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It seems like most management experts advocate incentive programs as part of staff compensation.
These programs are quite popular in optometric practice and there are all kinds in use, including
commissions, spiffs, and bonuses based on meeting predetermined goals for gross or net revenue.
Many of these incentives create a pool of cash that is divided among all staff, from receptionists
to lab techs.
The scientific process
Maybe I’m a contrarian, but this is one of several examples of management wisdom that I don’t agree
with. I’m not convinced that staff bonus programs really do what we want them to do. I’m sure I’ll
hear from doctors who use staff incentives and truly believe that it has worked for them (I
appreciate your thoughts – so feel free to email), but I’m not so sure there is a true
cause-and-effect relationship. We demand a scientific approach in our clinical work; why shouldn’t
we expect the same in our management decisions? Many practices grow financially every year with no
incentive programs at all. If a doctor starts an incentive program and the annual gross goes up by
10%, how do we know how much of that growth, if any, is due to the incentives?
It’s easy to give a bonus program too much credit for success that would have happened anyway. We
think bonus systems work because we expect them to work. It’s perfectly logical to think that
employees will sell more goods and services if their pay is tied to production, and I’m sure on some
level financial rewards do alter behavior, but in the real world of our practices, staff bonus
programs often break down. In many cases, they end up being perceived as an entitlement by staff
and are just taken for granted. The programs may work for a while, but they quickly stop causing
the behavior we want and we end up paying more for sales that would have occurred anyway.
What influences people?
My son is a PhD economist on the faculty at Northwestern University and he studies game theory and
employee incentives extensively. He told me that incentive programs used in a small business setting
could frequently cause the following undesirable results.
A misallocation of staff effort can occur – like concentrating on sales at the expense of
professional and courteous service.
The financial rewards that the program actually yields are often not big enough to alter
behavior. If we calculate the implied return of an incentive program per hour of work for an
employee, it’s often quite small. To make a super-salesman out of someone who is not naturally
comfortable with selling would take a large pay increase to cause him or her to sustain that
behavior. If the employee reverts back to basic patient education, then the incentive is doing
Incentives don’t work well if they are based on factors the employee can’t observe or get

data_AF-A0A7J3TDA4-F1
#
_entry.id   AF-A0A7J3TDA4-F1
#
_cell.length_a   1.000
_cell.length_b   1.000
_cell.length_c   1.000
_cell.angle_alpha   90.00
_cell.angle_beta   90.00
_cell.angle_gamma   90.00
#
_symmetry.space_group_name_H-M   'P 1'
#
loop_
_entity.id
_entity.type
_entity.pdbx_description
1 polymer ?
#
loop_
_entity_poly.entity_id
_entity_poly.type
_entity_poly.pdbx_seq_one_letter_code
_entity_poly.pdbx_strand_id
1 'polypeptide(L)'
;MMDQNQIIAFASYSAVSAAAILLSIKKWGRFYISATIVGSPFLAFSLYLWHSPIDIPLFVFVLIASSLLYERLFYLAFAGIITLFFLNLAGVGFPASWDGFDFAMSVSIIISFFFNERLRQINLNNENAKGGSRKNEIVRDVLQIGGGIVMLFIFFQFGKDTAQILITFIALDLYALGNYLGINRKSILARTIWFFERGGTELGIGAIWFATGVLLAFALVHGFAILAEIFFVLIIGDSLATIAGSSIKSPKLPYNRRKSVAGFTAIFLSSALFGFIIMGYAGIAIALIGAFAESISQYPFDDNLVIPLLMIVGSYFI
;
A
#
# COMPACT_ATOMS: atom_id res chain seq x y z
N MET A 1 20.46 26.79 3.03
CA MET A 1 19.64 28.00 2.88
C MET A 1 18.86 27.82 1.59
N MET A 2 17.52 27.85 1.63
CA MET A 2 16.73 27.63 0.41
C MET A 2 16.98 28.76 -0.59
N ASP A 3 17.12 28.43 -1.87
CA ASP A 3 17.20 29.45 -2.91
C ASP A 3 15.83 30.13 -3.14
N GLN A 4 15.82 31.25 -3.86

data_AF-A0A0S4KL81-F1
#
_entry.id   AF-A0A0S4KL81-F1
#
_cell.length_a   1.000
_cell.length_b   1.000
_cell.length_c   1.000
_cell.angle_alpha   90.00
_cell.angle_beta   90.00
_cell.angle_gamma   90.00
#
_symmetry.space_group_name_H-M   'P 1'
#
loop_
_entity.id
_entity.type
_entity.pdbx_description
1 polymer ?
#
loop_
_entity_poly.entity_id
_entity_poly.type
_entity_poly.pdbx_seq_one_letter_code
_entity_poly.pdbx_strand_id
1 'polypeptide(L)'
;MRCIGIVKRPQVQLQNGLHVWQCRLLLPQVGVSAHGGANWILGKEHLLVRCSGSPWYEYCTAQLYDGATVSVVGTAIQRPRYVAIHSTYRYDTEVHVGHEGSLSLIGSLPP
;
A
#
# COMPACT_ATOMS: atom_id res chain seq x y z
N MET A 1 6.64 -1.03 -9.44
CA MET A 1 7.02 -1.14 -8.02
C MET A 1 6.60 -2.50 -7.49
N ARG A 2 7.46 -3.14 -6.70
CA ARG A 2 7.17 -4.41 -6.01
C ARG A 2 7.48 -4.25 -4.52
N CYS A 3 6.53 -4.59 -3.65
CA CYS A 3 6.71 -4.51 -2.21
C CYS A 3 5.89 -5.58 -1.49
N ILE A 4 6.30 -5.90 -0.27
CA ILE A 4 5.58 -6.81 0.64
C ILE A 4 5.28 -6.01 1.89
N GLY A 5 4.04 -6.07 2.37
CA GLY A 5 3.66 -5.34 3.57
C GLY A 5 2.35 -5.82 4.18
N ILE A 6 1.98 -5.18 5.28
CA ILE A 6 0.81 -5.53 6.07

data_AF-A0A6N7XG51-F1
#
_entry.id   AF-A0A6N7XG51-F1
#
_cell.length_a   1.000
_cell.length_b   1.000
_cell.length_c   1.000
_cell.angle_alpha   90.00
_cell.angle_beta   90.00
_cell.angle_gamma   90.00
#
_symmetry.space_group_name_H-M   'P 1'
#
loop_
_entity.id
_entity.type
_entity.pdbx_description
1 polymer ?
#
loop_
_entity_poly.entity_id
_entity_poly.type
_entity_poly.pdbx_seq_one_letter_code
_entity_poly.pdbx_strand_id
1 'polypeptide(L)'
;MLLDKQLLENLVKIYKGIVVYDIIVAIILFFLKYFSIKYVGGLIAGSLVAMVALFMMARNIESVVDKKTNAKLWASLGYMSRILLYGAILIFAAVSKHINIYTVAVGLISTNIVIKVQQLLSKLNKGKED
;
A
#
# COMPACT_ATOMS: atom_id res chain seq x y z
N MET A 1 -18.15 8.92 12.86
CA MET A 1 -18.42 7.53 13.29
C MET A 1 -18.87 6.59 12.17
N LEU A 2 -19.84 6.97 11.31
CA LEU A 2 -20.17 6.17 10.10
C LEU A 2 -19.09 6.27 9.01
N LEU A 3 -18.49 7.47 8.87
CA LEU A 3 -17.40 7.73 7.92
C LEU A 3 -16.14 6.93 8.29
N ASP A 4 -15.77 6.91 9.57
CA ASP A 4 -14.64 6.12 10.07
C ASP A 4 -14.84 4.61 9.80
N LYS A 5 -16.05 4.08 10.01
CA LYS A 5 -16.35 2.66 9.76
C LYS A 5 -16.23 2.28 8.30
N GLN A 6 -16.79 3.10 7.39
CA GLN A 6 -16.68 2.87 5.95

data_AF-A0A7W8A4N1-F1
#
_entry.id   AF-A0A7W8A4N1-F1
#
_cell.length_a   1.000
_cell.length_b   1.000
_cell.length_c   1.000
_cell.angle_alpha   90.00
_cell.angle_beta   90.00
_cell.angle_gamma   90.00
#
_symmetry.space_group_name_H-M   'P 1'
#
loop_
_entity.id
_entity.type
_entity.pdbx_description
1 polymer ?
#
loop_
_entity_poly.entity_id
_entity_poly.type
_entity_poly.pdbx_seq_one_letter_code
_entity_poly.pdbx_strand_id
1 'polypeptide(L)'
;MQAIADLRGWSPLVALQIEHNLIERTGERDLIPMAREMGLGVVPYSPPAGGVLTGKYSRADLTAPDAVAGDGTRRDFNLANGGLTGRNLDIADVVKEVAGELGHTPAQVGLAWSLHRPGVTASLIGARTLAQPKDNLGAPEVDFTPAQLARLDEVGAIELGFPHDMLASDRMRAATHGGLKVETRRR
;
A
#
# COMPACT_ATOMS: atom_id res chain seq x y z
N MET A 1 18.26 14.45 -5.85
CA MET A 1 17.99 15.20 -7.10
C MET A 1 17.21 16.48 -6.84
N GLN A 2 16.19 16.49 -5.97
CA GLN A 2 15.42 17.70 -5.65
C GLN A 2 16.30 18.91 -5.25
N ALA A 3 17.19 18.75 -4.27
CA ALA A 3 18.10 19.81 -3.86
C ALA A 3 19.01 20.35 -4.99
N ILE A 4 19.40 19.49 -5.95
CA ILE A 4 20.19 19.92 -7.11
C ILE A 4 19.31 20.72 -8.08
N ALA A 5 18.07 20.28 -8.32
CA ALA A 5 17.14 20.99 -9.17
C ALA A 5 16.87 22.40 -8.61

some kind of feedback on. Many things that influence the achievement of a financial goal are
outside the control of the individual. In fact, many factors are actually perceived as “random
noise”. Examples are a receptionist getting a cut of the bonus pool that is not based significantly
on anything she does – or a bonus program that is tied to net income, but the employee does not
really make many purchasing decisions – or a technician who sells an anti-reflective lens when the
doctor prescribed it in the exam room.
Incentive programs transfer risk from the employer to the employee, which is necessary and is
exactly the reason they work at all. When the employee accepts a job with risk as part of his or
her total pay, the pay must be higher than average to compensate for carrying the risk. Employees
would rather have less risk than more.
Other rewards for good performance
Don’t get me wrong, I believe in rewarding good performance financially and verbally. I believe in
paying good salaries and benefits and retaining good employees. I prefer to do this with raises.
It’s easy to spot the top performers and the direct reward of a raise goes a long way to sustain the
good behavior. The mediocre performers get fewer raises.
I also believe in selling plenty of goods and services in my practice. We work on professional
selling in staff training meetings. Staff members know it’s an important part of their job. My
practice is a system that is highly effective and bigger than any one person. Our optical
merchandising sells, our educational process sells, our inventory sells and I sell from the exam
chair. In fact, that’s my point; I don’t need to incentivize employees if the system does the
I find that technicians and opticians have a great deal of professional pride in their work and
educating patients about eyewear options is a big part of the job. That works to our advantage in
sales, while providing the professionalism and patient loyalty we strive for.
Next week – how to get out of an incentive program that’s not working.
Best wishes for continued success,
Neil B. Gailmard, OD, MBA, FAAO
Editor, Optometric Management Tip of the Week
Dr. Gailmard's new book, Practice Management in Optometry: A Blueprint for Success Based on the Optometric Management Tip of the Week, is now available on Amazon.